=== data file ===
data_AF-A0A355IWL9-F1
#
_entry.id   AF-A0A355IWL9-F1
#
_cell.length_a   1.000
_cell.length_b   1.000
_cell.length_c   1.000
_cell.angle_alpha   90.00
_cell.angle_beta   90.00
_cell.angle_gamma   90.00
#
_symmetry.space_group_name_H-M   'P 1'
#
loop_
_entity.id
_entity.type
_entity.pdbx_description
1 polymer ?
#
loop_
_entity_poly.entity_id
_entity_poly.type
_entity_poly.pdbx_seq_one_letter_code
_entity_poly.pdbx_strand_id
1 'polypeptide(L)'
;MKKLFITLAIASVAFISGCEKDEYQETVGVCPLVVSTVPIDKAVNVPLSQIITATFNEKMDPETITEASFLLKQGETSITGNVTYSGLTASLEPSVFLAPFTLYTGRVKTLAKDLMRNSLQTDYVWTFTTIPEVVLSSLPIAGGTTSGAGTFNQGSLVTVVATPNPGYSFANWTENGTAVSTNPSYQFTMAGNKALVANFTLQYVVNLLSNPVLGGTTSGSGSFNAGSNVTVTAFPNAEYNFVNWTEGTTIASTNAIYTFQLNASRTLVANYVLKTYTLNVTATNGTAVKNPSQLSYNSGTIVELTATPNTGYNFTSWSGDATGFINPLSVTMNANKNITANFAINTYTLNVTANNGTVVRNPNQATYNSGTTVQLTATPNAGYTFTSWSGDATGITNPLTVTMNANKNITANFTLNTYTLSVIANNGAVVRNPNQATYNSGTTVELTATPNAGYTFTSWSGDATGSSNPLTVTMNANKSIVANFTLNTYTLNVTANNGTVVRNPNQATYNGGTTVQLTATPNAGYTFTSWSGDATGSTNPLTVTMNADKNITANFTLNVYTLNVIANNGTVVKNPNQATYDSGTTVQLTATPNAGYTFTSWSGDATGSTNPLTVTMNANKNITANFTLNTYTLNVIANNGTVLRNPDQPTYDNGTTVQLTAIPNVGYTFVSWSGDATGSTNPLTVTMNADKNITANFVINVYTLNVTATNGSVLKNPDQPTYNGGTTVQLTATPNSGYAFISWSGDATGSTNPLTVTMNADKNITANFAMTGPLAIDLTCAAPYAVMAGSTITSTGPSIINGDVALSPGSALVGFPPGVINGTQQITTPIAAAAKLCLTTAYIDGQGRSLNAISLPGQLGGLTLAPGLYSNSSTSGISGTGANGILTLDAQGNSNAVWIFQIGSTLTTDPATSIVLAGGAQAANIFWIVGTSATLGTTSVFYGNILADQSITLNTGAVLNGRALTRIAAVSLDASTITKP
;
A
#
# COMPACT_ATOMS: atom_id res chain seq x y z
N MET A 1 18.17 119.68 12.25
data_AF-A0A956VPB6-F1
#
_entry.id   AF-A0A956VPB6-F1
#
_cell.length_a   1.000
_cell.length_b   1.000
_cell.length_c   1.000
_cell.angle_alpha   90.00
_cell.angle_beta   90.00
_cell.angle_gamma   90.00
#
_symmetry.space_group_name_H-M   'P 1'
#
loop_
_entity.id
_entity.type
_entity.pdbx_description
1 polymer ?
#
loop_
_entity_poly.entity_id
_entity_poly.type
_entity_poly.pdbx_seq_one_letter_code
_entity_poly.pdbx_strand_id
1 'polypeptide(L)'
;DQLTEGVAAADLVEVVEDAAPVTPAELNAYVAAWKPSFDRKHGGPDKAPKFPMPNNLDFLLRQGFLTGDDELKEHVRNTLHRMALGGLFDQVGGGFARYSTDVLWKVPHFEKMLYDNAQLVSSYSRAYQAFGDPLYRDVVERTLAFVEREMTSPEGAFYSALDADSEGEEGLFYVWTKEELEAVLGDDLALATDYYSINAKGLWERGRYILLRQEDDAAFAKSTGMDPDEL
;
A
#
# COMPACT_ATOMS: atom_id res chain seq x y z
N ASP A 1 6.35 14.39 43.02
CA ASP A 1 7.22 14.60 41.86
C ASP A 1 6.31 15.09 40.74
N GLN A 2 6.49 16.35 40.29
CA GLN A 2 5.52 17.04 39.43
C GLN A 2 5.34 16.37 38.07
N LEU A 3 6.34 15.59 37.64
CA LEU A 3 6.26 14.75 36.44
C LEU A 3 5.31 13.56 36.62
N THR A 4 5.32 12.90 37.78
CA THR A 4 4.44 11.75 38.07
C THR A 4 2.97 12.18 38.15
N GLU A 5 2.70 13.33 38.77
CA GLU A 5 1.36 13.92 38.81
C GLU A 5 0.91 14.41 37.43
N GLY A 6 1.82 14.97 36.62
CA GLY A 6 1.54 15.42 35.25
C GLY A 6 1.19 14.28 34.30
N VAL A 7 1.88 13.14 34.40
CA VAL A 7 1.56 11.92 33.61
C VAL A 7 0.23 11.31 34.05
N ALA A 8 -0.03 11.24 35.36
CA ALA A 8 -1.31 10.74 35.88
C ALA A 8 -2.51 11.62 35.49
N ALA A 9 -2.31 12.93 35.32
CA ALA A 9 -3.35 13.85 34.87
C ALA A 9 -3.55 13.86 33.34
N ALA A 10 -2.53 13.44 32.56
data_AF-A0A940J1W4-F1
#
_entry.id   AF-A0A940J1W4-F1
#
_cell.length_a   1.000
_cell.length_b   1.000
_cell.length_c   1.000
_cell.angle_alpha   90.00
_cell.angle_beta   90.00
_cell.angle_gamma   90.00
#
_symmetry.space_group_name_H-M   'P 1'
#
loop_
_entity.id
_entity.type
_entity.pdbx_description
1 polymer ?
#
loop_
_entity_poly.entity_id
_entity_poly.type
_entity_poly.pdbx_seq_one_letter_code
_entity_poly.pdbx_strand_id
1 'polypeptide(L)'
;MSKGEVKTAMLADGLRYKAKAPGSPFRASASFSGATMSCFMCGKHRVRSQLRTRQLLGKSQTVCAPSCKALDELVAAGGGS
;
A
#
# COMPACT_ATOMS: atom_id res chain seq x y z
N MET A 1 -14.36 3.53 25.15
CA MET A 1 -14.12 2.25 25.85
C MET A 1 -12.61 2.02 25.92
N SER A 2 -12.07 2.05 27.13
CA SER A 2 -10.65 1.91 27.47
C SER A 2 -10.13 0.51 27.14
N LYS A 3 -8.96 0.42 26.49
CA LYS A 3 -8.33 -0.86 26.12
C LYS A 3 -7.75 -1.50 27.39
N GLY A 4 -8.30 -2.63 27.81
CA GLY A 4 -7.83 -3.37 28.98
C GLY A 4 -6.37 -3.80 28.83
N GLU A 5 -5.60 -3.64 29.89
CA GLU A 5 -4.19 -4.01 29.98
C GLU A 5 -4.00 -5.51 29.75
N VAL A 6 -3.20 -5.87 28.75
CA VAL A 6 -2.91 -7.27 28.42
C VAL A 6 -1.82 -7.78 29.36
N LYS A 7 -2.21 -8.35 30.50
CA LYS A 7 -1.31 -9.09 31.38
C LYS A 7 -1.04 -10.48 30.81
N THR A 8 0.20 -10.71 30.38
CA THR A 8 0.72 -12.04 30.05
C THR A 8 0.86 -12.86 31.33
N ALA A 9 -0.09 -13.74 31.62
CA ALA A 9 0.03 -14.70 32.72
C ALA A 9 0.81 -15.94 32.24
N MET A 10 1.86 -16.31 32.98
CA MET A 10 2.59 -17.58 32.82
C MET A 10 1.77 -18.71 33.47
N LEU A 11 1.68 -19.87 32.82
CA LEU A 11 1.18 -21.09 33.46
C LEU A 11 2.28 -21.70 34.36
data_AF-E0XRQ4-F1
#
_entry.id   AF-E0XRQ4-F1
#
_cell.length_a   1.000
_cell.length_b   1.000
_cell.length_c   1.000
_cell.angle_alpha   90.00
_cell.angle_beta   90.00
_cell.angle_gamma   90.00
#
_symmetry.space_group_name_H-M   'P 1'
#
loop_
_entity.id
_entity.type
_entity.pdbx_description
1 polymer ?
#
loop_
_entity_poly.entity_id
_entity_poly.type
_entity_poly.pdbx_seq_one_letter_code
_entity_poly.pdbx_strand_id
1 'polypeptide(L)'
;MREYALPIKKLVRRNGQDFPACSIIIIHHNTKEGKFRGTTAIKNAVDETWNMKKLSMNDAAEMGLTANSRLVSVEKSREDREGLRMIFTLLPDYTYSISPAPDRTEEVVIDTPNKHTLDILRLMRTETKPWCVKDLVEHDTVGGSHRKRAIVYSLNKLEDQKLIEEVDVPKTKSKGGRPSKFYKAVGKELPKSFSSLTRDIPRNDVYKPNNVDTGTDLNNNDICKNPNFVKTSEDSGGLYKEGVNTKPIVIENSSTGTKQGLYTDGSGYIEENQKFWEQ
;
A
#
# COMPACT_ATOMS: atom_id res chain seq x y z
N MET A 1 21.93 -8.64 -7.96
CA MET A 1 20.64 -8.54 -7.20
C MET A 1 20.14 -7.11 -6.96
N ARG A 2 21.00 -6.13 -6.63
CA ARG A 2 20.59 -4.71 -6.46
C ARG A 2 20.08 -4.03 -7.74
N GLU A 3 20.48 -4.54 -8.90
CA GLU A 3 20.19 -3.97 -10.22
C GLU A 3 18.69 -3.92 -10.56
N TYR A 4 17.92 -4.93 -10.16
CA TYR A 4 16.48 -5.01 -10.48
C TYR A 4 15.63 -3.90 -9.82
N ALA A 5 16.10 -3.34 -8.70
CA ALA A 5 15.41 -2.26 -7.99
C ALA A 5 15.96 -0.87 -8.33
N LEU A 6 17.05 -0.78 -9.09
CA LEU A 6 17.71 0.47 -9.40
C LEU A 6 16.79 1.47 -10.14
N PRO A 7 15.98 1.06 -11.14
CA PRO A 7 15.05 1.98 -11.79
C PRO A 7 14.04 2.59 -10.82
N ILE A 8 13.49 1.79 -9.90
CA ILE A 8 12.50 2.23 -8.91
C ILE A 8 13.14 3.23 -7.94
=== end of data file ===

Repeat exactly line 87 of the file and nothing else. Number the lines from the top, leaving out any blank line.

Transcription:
CA ALA A 9 -3.35 13.85 34.87